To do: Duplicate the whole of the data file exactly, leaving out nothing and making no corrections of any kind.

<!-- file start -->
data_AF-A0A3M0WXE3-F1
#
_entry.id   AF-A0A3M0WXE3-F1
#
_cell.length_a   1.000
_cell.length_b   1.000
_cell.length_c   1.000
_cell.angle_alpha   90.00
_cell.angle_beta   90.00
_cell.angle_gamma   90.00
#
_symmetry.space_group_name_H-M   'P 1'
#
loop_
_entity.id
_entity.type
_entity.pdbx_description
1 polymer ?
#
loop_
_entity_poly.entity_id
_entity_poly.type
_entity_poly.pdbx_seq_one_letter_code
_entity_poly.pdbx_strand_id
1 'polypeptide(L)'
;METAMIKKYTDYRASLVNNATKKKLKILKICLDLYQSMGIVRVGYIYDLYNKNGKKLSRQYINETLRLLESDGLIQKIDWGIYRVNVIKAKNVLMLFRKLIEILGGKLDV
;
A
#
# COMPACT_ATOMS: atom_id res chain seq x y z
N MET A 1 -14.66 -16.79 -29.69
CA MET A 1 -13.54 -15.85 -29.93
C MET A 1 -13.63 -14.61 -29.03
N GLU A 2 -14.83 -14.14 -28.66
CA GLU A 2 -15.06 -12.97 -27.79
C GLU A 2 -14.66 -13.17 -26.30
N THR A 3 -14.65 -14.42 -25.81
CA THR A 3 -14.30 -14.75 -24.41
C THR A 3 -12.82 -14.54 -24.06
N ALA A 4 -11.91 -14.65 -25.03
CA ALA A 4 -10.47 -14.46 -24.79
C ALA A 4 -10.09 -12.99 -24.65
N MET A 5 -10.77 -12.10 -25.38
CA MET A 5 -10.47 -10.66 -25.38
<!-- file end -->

data_AF-A0A3M0WXE3-F1
#
_entry.id   AF-A0A3M0WXE3-F1
#
_cell.length_a   1.000
_cell.length_b   1.000
_cell.length_c   1.000
_cell.angle_alpha   90.00
_cell.angle_beta   90.00
_cell.angle_gamma   90.00
#
_symmetry.space_group_name_H-M   'P 1'
#
loop_
_entity.id
_entity.type
_entity.pdbx_description
1 polymer ?
#
loop_
_entity_poly.entity_id
_entity_poly.type
_entity_poly.pdbx_seq_one_letter_code
_entity_poly.pdbx_strand_id
1 'polypeptide(L)'
;METAMIKKYTDYRASLVNNATKKKLKILKICLDLYQSMGIVRVGYIYDLYNKNGKKLSRQYINETLRLLESDGLIQKIDWGIYRVNVIKAKNVLMLFRKLIEILGGKLDV
;
A
#
# COMPACT_ATOMS: atom_id res chain seq x y z
N MET A 1 -14.66 -16.79 -29.69
CA MET A 1 -13.54 -15.85 -29.93
C MET A 1 -13.63 -14.61 -29.03
N GLU A 2 -14.83 -14.14 -28.66
CA GLU A 2 -15.06 -12.97 -27.79
C GLU A 2 -14.66 -13.17 -26.30
N THR A 3 -14.65 -14.42 -25.81
CA THR A 3 -14.30 -14.75 -24.41
C THR A 3 -12.82 -14.54 -24.06
N ALA A 4 -11.91 -14.65 -25.03
CA ALA A 4 -10.47 -14.46 -24.79
C ALA A 4 -10.09 -12.99 -24.65
N MET A 5 -10.77 -12.10 -25.38
CA MET A 5 -10.47 -10.66 -25.38